Volunteer Alison measuring a horseshoe crab © NYC Audubon
Since early May, if you visited a beach in Jamaica Bay on a night around the full or new moon at high tide, you might’ve run into an intrepid band of NYC Audubon volunteers counting horseshoe crabs in support of our citizen science project in the bay. On June 21st we completed our last surveys of the spring/summer and the data indicate that spawning peaked earlier this year than in previous years, potentially due to our mild winter and spring. In addition to counting crabs, the volunteers tagged more than 700 individuals, which help illuminate movement patterns and longevity. We are in the process of analyzing the data, as well as the information that our shorebird monitors collected on migratory shorebirds in the bay. Thanks to all our volunteers who worked so hard to collect data over these past couple of months!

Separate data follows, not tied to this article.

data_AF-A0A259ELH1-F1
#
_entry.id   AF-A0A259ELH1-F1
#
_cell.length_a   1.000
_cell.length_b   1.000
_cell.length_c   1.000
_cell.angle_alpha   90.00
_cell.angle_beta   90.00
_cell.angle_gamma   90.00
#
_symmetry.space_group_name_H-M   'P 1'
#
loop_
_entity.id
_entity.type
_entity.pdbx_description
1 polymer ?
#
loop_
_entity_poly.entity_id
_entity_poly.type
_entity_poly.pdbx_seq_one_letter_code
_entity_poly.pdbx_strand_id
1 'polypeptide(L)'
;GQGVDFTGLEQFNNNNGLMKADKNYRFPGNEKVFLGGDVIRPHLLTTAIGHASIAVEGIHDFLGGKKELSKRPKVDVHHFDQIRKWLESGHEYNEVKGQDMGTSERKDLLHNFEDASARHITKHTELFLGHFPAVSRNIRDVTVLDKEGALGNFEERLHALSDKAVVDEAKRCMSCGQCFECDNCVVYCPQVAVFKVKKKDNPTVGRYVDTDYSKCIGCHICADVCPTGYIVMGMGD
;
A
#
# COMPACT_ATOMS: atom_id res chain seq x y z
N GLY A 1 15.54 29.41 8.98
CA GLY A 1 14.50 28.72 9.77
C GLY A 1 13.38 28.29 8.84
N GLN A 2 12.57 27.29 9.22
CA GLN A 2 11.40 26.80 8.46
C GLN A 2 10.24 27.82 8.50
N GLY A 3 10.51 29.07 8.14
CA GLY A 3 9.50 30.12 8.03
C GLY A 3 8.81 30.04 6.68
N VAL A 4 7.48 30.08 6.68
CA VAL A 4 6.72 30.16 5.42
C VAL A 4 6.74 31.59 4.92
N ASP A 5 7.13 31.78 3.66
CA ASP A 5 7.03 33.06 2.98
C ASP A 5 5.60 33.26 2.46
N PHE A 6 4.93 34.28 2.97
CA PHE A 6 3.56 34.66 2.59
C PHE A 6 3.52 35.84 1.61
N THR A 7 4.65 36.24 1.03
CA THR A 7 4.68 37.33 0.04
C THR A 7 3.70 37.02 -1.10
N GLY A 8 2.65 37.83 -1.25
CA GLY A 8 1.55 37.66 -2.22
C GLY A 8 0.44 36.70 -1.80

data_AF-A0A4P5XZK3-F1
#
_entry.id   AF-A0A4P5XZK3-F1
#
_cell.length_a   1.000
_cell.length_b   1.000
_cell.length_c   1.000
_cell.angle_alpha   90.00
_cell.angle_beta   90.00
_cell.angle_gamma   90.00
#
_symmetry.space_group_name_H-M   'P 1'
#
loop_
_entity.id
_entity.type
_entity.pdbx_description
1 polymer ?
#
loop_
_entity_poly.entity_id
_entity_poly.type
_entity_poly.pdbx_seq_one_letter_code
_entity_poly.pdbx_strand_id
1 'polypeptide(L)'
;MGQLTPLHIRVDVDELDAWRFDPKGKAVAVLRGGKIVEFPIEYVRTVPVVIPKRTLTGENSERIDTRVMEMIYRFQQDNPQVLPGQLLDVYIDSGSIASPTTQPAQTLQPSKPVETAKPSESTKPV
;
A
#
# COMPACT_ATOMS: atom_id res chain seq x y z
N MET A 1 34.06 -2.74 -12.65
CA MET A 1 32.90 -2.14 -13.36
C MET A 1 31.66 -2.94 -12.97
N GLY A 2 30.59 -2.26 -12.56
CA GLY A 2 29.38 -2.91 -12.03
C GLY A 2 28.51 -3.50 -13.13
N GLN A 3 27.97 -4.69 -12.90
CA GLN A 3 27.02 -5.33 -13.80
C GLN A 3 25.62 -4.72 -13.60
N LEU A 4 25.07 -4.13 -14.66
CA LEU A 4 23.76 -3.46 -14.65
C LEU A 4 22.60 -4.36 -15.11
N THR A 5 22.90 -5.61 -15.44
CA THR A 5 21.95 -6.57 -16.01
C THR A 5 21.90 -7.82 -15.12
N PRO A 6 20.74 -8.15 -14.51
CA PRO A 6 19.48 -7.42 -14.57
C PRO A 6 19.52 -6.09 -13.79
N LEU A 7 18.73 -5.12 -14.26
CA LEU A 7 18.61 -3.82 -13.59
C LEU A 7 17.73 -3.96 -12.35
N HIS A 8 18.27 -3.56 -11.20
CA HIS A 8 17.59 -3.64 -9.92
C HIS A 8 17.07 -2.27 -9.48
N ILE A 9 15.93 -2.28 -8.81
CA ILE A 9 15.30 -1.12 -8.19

- John Rowden
American Oystercatcher banded 2U
For the first time, American Oystercatchers have been banded in New York State! On Tuesday, June 5th, we took a team to the Arverne area in Far Rockaway to band this beautiful and threatened shorebird. Oystercatchers nest on the beach in a scrape in the sand and at Arverne they nest in full view of the many beachgoers who enjoy the beach. The Urban Park Rangers protect their nesting sites by roping off the areas where the birds nest and patrolling the beach. Working with Shiloh Schulte from the Manomet Center for Conservation Science and Urban Park Rangers staff, we netted five American Oystercatchers, placed identifying bands on them and took some physical measurements. These data will add to the regional effort to understand and protect the species along the Atlantic Coast and we’re excited that New York is now part of this larger effort. If you’re on a beach in the Rockaways, keep an eye out for our banded birds!
- John Rowden and Susan Elbin